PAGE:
20 But, O LORD of hosts, who judgest righteously, who triest the heart and the mind, let me see thy vengeance upon them, for to thee have I committed my cause.
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Catholic News

March 18, 2018 - 5:24pm

Vatican City, Mar 18, 2018 / 04:24 pm (CNA).- Margaret, the fictional stray cat adopted by a fictional Pope in a new children’s book series, gets an up-close and personal look at the Vatican and the Papal office that most Catholics could only imagine.

In “The Pope’s Cat,” a new children’s book series by Jon M. Sweeney, Margaret is just another stray cat on the streets of Rome until the Holy Father finds her on his early morning stroll, scoops her up into his arms and decides to adopt her as his own.

The ensuing shenanigans are what one might expect from a feline who suddenly finds herself in the Pope’s life - she sleeps on his furniture (a lot), gets a glimpse at the general audience from the papal apartment window, and even interrupts an important dinner with the Queen of England.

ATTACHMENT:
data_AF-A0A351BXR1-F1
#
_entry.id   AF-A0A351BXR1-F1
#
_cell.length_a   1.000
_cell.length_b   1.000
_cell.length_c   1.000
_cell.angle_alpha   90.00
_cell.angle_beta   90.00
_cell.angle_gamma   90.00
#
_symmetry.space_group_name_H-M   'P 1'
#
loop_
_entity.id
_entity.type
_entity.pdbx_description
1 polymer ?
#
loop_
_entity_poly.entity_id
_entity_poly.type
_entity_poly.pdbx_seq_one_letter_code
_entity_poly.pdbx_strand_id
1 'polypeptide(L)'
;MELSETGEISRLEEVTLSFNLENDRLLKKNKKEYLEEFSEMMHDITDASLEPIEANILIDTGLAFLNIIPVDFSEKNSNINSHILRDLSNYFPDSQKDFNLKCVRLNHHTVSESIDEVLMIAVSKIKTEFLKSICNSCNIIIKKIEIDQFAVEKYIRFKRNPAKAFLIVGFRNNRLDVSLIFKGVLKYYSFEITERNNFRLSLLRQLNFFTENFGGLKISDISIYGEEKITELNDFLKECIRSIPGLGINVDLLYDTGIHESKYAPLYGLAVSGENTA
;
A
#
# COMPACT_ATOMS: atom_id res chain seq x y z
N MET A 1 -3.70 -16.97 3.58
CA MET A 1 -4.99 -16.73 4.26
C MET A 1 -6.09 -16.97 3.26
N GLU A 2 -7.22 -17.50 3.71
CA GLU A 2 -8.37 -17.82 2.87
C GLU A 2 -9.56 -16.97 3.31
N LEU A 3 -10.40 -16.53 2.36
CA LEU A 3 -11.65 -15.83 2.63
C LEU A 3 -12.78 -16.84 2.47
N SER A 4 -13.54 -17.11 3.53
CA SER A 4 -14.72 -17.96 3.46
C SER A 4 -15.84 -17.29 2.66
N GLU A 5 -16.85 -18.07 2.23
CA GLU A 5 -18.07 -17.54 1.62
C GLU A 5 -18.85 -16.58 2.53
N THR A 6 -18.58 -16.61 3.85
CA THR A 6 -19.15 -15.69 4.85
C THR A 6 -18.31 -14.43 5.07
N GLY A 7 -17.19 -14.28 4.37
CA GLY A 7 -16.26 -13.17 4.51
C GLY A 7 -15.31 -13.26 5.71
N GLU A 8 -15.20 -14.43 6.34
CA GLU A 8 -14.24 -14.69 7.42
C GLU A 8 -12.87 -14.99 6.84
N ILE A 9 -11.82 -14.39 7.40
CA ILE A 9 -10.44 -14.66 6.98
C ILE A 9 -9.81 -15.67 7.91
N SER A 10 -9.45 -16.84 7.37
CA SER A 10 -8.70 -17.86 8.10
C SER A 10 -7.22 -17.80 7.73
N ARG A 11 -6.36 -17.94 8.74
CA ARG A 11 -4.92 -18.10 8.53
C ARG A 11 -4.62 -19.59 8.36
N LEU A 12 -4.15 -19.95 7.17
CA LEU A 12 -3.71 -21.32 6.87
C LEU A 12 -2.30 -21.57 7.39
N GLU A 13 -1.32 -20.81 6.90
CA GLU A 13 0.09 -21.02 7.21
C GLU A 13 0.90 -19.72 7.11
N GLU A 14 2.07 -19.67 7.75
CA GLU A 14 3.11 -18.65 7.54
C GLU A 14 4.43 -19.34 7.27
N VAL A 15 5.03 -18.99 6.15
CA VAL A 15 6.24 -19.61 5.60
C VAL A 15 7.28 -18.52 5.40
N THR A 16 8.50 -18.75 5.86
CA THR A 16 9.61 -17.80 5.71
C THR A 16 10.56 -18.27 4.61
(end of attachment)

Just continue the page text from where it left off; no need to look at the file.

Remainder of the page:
The Pope in the series reacts to his new friend with bemusement and good humor, all while going about his busy schedule as the leader of the Vatican and the Catholic Church.

“I find that we as adults are often thinking about the Pope and talking about the Pope and listening to what he has to say, but that young children don’t really understand and often just think of the Pope as an image on the refrigerator,” Sweeney told CNA, “and I wanted to see if I could do one little thing to change that.”

His new series about Margaret the cat aims to teach children about the pope and his duties, to make him seem more relatable and human, and to also give them a taste of the Roman culture that permeates many aspects of life in the Vatican.